Don’t allow others to take more of your time, energy or resources than you can give. Do not let others abuse you emotionally, verbally, or physically.  It is ok to say no.  When you give more than you want to, you become fatigued and drained.  Often times this may lead to resentment.  If you enjoy helping others, make sure that you are helping yourself as well.

Get rid of toxic people

Toxic people are people who treat you with disrespect or make you feel bad about yourself. Start to recognise your emotional state around others and be curious about that. Surround yourself with people who have similar goals and objectives as you. If you have a toxic boss or co-worker and you need to deal with them, don't take their negative behaviour personally. Here is another excellent article on how to manage these sorts of people

Remain balanced

When we are out of balance physically, emotionally, or spiritually, we feel down. To remain physically stable, eat nutritiously and exercise as well as get enough sleep. Connect with yourself through meditation and self-reflection to stay spiritually balanced. Remain emotionally balanced by recognising and respecting your emotions as well as the feelings of others. Emotions give us information about our behaviour as well as the behaviour of others.

Practice gratitude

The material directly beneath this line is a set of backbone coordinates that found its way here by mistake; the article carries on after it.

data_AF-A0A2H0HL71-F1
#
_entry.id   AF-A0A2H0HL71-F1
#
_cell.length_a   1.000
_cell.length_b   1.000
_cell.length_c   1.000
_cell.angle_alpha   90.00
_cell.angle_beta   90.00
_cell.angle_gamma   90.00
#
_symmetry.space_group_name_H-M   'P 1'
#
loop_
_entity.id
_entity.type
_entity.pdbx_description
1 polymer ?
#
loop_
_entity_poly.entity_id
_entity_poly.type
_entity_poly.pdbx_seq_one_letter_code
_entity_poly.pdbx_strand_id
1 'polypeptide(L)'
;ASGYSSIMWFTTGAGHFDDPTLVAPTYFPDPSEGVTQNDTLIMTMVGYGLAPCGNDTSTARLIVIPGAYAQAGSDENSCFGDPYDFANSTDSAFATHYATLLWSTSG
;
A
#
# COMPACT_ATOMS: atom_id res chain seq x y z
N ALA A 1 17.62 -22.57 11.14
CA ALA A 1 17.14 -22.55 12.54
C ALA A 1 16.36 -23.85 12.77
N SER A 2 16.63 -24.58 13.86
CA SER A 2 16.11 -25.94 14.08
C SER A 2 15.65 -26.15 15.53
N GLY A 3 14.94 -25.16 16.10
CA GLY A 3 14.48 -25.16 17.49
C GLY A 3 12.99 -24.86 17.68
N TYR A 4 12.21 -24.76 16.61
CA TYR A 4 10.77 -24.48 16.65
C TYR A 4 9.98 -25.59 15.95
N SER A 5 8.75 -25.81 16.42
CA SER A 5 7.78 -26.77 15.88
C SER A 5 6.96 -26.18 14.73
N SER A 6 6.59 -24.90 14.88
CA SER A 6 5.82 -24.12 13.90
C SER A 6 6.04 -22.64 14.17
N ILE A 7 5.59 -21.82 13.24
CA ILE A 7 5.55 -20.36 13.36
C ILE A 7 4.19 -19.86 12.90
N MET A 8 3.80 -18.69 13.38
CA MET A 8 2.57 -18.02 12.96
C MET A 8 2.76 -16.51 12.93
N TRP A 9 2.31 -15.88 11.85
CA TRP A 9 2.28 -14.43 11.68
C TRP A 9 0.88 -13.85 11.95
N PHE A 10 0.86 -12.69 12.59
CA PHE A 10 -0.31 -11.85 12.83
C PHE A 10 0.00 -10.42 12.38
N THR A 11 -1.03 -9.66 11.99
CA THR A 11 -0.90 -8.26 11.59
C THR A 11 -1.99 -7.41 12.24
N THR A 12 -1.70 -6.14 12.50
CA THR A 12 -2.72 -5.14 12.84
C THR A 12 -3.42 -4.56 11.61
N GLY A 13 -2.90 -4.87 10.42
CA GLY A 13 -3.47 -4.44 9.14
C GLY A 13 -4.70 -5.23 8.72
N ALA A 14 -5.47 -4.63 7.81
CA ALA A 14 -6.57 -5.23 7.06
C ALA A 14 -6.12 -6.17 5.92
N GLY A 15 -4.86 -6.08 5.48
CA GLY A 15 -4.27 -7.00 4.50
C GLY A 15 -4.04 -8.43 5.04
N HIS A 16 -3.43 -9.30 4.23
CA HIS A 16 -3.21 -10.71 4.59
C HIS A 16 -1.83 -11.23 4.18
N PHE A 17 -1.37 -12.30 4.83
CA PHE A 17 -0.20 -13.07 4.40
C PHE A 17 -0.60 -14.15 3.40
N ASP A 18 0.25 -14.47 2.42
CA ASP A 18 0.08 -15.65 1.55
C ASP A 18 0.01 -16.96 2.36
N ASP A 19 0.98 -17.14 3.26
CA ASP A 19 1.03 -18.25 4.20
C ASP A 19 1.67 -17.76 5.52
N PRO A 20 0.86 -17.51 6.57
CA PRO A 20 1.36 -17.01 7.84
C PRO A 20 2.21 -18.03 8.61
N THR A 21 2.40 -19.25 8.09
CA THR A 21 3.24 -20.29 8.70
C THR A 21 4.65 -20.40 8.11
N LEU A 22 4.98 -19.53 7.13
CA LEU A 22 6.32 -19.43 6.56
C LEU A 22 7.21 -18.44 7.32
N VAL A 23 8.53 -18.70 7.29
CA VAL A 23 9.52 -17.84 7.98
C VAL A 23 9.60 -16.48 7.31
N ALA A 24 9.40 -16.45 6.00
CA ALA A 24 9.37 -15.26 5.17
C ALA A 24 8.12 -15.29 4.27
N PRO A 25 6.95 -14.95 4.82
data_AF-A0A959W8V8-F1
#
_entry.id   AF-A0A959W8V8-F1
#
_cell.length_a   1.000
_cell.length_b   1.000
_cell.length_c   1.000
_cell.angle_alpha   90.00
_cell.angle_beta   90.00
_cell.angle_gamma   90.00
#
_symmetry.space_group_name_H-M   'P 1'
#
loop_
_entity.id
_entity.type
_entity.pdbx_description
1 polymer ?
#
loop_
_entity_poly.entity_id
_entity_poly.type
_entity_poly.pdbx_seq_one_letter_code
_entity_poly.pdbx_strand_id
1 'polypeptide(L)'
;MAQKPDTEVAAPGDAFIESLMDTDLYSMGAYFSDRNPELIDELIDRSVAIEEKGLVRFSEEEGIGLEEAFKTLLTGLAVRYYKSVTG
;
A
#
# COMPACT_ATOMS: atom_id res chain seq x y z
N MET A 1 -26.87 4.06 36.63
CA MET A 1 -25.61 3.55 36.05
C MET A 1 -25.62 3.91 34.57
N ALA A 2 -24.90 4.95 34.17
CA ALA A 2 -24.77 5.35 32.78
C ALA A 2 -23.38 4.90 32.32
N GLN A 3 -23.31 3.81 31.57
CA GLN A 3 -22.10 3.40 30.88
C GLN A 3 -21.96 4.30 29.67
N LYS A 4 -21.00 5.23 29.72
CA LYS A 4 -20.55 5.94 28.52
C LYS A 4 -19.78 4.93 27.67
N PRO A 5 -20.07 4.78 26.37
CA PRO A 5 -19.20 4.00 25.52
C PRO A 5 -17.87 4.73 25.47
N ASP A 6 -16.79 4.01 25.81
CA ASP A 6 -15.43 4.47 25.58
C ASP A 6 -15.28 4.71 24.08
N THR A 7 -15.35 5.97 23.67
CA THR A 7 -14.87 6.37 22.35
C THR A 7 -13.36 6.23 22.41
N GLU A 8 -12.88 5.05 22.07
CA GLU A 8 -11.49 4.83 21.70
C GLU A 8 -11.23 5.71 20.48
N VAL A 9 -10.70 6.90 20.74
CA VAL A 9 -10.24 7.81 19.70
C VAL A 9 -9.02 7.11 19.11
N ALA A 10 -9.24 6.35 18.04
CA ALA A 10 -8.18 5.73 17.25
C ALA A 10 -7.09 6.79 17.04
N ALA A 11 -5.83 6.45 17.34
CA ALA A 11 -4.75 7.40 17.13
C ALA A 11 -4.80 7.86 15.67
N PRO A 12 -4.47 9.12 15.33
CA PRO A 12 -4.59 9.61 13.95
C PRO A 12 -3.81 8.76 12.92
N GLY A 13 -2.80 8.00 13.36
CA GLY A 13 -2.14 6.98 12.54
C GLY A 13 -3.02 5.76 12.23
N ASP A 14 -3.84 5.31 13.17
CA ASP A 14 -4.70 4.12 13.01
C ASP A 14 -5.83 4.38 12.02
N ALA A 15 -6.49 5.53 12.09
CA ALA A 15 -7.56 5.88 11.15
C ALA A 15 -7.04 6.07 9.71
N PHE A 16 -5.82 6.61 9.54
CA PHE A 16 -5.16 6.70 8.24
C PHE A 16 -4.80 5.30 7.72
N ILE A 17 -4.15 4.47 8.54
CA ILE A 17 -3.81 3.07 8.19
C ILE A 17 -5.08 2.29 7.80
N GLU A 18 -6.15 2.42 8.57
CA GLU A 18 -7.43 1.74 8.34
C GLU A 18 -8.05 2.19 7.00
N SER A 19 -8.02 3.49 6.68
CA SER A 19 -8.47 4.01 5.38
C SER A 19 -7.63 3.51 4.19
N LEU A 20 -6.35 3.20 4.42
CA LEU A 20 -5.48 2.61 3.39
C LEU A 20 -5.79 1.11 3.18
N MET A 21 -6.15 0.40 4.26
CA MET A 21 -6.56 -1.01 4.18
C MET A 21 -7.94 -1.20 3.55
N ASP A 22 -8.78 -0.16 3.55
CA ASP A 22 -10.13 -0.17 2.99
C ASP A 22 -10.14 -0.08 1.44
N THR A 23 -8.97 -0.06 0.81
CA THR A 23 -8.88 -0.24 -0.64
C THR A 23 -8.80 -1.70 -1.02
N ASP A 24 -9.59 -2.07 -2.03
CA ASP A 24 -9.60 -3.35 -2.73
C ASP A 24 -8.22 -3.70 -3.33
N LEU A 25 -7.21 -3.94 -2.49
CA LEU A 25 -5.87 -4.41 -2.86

Express appreciation to those around you who are kind or do kind things for you. Express gratitude towards yourself and your body. Expressing gratitude rewires our brain to feel and think positively.  When we feel positive, we attract positive people into our lives.  The majority of people in the world want to be appreciated and respected.  Expressing gratitude to others enhances relationships with others and yourself.

Dr Monica Borschel is a US-trained Clinical Psychologist Get in touch with Dr Borschel:


Category(s):Abuse / Abuse Survivor Issues, Adjusting to Change / Life Transitions, Self-Esteem

Written by:

Dr Monica Borschel

Dr. Borschel specializes in Attachment and Loss. She is experienced in helping adults, teens, children, and families adjust to divorce, separation, loss of a loved one, and loss of finance. She also specializes in reducing or resolving conflict in divorce, marriage and in the workplace. This may include deciding what is in the best interest of the children during custody disputes, strengthening the relationship and communication between the parents and the children.

Dr. Borschel uses play therapy for children with behavioral problems and enables parents to create a safe and stress-free environment at home. Dr. Borschel’s attachment-based therapy, personality and identity theory, positive psychology, and guided meditative practices enable her teenage and adult clients to find healing within themselves. In so doing, she can help adults, teens, and children to overcome neglect, emotional abuse, and child abuse.

Furthermore, as an attachment specialist, she also helps individuals understand relationship patterns which prevent them from developing or maintaining healthy relationships. She uses mindfulness practices and positive psychology to reduce anxiety, insomnia, depression and promote confidence and self-esteem. She helps adults, teens, and children overcome neglect, emotional abuse, and child abuse that happened in the past or is happening in the present.

Dr Monica Borschel belongs to Dr. Monica Borschel in Hong Kong